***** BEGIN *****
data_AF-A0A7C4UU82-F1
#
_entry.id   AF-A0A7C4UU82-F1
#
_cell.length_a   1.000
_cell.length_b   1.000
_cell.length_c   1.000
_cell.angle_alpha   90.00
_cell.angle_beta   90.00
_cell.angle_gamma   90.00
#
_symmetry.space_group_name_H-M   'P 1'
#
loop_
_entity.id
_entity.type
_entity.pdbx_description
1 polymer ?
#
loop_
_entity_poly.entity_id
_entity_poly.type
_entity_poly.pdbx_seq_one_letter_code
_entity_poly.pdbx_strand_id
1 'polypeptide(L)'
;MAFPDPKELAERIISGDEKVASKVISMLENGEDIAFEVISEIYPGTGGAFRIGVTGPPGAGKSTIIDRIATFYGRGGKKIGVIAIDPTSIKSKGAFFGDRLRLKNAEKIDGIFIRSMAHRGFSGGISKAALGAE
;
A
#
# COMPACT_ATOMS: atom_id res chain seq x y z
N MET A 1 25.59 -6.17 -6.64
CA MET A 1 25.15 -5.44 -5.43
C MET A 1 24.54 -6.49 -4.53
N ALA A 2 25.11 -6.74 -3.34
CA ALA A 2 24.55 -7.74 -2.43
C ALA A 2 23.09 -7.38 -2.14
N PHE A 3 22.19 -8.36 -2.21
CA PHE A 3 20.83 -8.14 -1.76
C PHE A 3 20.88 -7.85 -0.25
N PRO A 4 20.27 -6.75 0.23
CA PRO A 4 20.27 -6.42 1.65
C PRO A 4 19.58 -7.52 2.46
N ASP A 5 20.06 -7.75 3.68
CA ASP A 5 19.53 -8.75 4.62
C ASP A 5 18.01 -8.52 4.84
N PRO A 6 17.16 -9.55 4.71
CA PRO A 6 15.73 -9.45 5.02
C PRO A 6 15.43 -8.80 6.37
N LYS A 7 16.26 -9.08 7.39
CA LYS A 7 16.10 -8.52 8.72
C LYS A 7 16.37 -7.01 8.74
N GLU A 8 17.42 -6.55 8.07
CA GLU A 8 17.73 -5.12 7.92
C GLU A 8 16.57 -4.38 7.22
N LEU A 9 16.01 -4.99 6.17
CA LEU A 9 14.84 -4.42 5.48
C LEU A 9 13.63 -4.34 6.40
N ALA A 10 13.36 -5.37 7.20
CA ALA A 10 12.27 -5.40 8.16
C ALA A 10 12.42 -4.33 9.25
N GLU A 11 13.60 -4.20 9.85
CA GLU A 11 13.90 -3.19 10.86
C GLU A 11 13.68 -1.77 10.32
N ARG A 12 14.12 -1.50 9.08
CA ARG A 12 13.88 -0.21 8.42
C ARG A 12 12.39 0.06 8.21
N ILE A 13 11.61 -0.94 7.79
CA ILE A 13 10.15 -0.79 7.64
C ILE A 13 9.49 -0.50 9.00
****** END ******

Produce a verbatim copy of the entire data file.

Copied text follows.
data_AF-A0A7C4UU82-F1
#
_entry.id   AF-A0A7C4UU82-F1
#
_cell.length_a   1.000
_cell.length_b   1.000
_cell.length_c   1.000
_cell.angle_alpha   90.00
_cell.angle_beta   90.00
_cell.angle_gamma   90.00
#
_symmetry.space_group_name_H-M   'P 1'
#
loop_
_entity.id
_entity.type
_entity.pdbx_description
1 polymer ?
#
loop_
_entity_poly.entity_id
_entity_poly.type
_entity_poly.pdbx_seq_one_letter_code
_entity_poly.pdbx_strand_id
1 'polypeptide(L)'
;MAFPDPKELAERIISGDEKVASKVISMLENGEDIAFEVISEIYPGTGGAFRIGVTGPPGAGKSTIIDRIATFYGRGGKKIGVIAIDPTSIKSKGAFFGDRLRLKNAEKIDGIFIRSMAHRGFSGGISKAALGAE
;
A
#
# COMPACT_ATOMS: atom_id res chain seq x y z
N MET A 1 25.59 -6.17 -6.64
CA MET A 1 25.15 -5.44 -5.43
C MET A 1 24.54 -6.49 -4.53
N ALA A 2 25.11 -6.74 -3.34
CA ALA A 2 24.55 -7.74 -2.43
C ALA A 2 23.09 -7.38 -2.14
N PHE A 3 22.19 -8.36 -2.21
CA PHE A 3 20.83 -8.14 -1.76
C PHE A 3 20.88 -7.85 -0.25
N PRO A 4 20.27 -6.75 0.23
CA PRO A 4 20.27 -6.42 1.65
C PRO A 4 19.58 -7.52 2.46
N ASP A 5 20.06 -7.75 3.68
CA ASP A 5 19.53 -8.75 4.62
C ASP A 5 18.01 -8.52 4.84
N PRO A 6 17.16 -9.55 4.71
CA PRO A 6 15.73 -9.45 5.02
C PRO A 6 15.43 -8.80 6.37
N LYS A 7 16.26 -9.08 7.39
CA LYS A 7 16.10 -8.52 8.72
C LYS A 7 16.37 -7.01 8.74
N GLU A 8 17.42 -6.55 8.07
CA GLU A 8 17.73 -5.12 7.92
C GLU A 8 16.57 -4.38 7.22
N LEU A 9 16.01 -4.99 6.17
CA LEU A 9 14.84 -4.42 5.48
C LEU A 9 13.63 -4.34 6.40
N ALA A 10 13.36 -5.37 7.20
CA ALA A 10 12.27 -5.40 8.16
C ALA A 10 12.42 -4.33 9.25
N GLU A 11 13.60 -4.20 9.85
CA GLU A 11 13.90 -3.19 10.86
C GLU A 11 13.68 -1.77 10.32
N ARG A 12 14.12 -1.50 9.08
CA ARG A 12 13.88 -0.21 8.42
C ARG A 12 12.39 0.06 8.21
N ILE A 13 11.61 -0.94 7.79
CA ILE A 13 10.15 -0.79 7.64
C ILE A 13 9.49 -0.50 9.00